Wednesday, April 7, 2010

Pop Gun War

by Farel Dalrymple

I feel like I would need to read through this one or two more times in order to give an intelligent analysis of this comic, but time (and perhaps intelligence) limit this.

Dalrymple's comic made me think of the Dadaist and Surrealist poetry and literature I read in university, but on a much more enjoyable level, because of the high quality of Dalrymple's art. The book is a highly impressionistic affair, dipping into the varied and unique lives of a group of New Yorkers.

The book opens with an angel crashing to Earth, and having his wings cut off by some guy with a chainsaw. He dumps the wings in the garbage, where they are recovered by Sinclair, a young boy with a penchant for wearing bow ties. Eventually, his own wings start growing.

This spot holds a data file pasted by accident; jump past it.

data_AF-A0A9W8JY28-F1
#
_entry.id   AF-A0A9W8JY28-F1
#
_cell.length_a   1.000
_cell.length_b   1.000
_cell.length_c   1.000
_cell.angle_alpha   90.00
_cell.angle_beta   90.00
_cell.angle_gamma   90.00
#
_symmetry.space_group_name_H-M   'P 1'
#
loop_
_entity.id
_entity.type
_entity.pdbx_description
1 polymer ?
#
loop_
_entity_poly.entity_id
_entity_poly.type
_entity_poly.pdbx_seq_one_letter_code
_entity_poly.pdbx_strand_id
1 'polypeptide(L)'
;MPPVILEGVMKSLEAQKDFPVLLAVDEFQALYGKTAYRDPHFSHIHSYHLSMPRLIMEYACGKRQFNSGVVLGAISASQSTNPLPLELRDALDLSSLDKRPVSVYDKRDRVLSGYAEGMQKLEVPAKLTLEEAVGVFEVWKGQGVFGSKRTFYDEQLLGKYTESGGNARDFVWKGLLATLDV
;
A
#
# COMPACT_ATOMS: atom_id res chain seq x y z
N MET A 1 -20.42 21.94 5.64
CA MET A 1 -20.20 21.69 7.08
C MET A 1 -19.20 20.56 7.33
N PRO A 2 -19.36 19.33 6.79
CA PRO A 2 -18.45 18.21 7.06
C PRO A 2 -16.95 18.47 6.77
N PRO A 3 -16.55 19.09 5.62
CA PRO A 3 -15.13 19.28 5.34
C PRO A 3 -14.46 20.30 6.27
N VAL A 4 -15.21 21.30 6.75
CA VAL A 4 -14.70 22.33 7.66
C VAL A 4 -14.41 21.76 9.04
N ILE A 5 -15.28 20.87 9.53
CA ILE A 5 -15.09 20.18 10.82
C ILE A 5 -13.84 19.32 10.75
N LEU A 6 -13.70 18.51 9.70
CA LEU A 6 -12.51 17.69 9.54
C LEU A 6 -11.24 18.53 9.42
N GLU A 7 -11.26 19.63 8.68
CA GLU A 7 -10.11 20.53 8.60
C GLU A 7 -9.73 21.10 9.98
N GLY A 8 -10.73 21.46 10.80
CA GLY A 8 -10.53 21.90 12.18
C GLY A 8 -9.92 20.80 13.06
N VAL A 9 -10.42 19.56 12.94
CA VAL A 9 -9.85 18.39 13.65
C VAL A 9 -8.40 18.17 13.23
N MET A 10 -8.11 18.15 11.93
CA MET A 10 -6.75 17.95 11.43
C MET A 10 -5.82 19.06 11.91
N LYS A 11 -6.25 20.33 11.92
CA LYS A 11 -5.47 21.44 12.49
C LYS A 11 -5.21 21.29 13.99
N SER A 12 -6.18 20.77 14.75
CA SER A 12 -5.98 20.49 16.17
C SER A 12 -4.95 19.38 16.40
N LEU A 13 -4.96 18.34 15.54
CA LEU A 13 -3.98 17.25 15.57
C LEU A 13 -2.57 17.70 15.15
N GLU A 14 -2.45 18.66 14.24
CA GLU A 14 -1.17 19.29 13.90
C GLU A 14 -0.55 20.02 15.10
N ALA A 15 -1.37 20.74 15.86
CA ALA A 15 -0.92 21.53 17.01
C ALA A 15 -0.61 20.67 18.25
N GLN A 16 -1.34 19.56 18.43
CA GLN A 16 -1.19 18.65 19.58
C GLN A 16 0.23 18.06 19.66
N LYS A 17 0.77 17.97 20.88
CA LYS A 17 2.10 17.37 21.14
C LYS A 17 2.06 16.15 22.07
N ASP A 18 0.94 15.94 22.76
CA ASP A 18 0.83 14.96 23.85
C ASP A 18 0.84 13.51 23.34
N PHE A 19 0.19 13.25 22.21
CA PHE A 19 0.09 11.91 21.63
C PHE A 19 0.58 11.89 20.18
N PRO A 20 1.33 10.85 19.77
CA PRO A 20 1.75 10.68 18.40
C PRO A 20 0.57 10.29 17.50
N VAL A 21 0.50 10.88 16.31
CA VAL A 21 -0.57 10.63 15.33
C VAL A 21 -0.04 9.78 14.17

Sinclair's sister, who looks to be about seven, is a singer in a band, and wise beyond her ears. Some of the other characters in this book are Addison, a homeless man who seems powerless to the machinations of others; Sunshine, a dwarf who is growing into a giant and whose companion is a flying talking fish ('Da Fug?'); Mr. Grimshaw, who works for an important corporation and carries around a severed, talking head in a bag; among others.

One of the most interesting characters is Harold Dollpimple, who appears towards the end of the book, and is revealed to have been manipulating some events. That his name has such a strong similarity to the author's can not be a mistake.

Pop Gun War has a lot of similarities to the work that Dalrymple did in his recent Omega the Unknown series for Marvel, picking up on the same themes of urban alienation and strangeness, and being even more surreal. There may not be a ton of plot in this book, but it is an interesting and thought-provoking piece of work.

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